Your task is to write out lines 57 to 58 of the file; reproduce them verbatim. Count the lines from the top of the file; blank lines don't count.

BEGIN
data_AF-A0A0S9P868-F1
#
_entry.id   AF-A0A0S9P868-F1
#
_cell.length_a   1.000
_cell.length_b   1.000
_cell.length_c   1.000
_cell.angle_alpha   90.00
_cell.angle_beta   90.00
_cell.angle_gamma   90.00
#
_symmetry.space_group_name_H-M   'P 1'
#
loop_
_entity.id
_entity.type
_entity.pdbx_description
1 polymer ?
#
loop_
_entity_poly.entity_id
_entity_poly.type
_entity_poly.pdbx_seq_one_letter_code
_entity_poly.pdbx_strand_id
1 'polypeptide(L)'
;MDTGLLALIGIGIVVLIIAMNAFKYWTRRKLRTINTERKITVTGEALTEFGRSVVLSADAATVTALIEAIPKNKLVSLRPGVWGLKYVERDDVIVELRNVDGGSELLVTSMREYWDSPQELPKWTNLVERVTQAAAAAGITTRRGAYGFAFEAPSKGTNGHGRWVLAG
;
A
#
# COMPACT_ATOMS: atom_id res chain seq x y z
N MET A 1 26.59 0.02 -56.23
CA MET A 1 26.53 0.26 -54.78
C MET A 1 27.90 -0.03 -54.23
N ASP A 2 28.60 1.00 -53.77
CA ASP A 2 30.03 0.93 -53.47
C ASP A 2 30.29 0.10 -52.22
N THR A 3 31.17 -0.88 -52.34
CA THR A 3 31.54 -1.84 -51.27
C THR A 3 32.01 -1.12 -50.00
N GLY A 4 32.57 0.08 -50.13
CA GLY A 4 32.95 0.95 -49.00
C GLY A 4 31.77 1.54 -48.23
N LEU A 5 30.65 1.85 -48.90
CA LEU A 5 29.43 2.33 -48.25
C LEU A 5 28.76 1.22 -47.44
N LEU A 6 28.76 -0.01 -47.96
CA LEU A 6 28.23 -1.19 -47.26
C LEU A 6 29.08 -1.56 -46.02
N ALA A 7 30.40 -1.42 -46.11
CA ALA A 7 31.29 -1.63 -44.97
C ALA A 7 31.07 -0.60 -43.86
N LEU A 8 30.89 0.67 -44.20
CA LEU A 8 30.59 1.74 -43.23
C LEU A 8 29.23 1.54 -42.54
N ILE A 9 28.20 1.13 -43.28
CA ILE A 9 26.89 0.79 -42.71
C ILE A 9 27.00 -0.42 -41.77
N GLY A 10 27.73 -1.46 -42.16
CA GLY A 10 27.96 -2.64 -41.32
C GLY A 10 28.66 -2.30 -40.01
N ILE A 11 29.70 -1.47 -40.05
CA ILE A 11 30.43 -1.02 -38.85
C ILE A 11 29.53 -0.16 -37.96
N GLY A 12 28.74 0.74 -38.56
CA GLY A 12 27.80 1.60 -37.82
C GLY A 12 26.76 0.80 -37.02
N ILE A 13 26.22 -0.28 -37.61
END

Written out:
C ILE A 9 27.00 -0.42 -41.77
N GLY A 10 27.73 -1.46 -42.16